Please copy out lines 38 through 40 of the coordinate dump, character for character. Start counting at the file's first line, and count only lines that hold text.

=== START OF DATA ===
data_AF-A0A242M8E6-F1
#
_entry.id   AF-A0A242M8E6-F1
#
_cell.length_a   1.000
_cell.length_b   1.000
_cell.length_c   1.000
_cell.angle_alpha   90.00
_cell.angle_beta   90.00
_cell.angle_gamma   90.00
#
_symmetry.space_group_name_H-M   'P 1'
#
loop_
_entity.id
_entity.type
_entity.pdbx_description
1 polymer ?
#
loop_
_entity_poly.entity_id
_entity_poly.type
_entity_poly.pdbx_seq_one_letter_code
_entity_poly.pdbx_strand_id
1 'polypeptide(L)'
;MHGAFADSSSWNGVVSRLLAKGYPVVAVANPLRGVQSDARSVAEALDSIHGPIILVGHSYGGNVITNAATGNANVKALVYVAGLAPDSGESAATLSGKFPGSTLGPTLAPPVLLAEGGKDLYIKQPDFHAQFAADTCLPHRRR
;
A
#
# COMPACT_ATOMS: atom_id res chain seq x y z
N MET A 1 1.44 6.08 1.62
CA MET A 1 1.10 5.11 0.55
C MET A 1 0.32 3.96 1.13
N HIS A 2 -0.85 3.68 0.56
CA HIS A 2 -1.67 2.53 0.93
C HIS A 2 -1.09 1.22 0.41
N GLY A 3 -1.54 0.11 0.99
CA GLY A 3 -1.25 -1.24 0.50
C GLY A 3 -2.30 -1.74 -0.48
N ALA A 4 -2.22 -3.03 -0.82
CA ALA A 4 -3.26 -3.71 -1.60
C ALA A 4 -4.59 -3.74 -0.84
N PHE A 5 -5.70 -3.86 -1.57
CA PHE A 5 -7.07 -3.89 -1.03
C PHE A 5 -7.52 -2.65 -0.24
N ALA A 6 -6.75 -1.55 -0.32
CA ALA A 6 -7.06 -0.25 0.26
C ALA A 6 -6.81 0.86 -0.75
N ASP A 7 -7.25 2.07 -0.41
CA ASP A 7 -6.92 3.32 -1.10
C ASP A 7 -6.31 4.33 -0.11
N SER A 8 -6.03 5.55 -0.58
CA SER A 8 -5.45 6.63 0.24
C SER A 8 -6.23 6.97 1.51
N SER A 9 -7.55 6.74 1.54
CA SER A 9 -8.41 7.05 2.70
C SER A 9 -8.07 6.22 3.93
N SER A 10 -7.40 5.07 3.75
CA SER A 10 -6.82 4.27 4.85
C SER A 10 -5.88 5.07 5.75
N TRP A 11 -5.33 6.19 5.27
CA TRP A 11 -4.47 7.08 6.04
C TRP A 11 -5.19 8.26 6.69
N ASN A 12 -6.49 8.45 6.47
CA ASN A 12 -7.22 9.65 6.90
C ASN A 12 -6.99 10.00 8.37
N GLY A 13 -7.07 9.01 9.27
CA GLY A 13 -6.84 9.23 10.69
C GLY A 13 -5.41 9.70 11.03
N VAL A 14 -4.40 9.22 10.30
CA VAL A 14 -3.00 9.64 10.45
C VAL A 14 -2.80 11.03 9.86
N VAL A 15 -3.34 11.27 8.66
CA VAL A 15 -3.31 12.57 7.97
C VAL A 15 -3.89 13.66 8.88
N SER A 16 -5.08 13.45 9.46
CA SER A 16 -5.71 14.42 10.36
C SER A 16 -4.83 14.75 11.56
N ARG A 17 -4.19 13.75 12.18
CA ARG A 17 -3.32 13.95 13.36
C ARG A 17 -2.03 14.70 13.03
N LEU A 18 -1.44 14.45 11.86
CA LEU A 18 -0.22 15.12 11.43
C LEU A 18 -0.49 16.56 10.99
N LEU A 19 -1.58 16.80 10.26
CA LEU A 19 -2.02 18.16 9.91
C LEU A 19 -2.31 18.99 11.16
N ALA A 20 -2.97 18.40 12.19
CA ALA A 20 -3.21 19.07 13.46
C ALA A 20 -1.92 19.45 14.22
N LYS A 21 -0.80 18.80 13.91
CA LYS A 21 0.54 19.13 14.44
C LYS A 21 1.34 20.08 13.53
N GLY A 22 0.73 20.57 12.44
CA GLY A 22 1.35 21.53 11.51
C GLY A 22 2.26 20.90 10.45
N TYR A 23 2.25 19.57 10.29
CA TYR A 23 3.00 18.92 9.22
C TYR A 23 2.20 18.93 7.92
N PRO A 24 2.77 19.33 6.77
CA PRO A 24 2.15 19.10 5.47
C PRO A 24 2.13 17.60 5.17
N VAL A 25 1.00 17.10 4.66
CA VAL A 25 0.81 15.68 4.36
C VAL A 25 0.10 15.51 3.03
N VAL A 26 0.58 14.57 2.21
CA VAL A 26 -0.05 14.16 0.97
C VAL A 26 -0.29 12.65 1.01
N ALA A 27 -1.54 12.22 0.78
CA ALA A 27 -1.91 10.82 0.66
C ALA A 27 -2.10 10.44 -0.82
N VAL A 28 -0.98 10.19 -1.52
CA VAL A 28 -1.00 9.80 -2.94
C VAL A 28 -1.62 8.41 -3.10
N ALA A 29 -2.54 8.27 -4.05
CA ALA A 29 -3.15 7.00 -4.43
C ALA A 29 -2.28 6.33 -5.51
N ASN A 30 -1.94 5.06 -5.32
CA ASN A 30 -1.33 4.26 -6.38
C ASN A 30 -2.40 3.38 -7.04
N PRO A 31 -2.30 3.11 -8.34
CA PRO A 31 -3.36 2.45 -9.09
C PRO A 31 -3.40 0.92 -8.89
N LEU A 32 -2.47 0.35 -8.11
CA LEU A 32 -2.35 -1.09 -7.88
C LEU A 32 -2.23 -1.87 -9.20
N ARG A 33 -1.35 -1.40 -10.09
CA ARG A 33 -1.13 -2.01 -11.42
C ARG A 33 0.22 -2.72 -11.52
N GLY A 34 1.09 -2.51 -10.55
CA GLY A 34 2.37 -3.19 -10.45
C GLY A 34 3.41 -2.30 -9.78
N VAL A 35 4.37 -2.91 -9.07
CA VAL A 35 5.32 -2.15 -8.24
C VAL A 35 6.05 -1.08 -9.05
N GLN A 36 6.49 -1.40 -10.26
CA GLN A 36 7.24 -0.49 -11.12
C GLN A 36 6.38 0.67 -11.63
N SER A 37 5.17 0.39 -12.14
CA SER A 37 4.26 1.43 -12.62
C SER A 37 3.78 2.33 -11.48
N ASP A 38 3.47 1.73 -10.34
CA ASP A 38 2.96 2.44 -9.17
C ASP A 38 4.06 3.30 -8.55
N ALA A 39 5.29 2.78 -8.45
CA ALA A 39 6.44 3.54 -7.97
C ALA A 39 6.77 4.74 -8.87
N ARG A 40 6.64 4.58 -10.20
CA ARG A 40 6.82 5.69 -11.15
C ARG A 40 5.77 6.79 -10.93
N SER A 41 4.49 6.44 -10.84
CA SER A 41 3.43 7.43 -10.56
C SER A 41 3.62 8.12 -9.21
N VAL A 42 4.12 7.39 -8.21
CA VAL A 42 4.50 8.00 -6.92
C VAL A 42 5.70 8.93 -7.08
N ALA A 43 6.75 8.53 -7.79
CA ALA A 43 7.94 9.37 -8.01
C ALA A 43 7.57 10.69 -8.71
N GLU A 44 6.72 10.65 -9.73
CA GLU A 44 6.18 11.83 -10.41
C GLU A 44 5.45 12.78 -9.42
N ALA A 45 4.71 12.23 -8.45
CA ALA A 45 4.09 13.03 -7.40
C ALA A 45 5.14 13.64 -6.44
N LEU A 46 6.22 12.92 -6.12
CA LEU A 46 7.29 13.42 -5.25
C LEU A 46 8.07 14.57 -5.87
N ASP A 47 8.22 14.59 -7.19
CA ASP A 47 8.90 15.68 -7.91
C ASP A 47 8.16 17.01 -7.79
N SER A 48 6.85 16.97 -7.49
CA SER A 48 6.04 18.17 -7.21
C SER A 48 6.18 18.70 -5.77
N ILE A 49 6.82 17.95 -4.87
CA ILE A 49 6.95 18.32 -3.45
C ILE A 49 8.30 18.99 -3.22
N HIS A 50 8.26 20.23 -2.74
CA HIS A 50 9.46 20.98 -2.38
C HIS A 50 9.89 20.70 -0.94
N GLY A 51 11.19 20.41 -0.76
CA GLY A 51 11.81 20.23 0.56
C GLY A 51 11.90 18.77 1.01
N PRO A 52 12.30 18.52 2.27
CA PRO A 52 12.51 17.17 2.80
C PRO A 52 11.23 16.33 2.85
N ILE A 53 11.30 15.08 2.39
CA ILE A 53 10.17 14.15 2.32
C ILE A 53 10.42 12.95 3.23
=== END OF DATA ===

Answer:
CA GLY A 3 -1.25 -1.24 0.50
C GLY A 3 -2.30 -1.74 -0.48
N ALA A 4 -2.22 -3.03 -0.82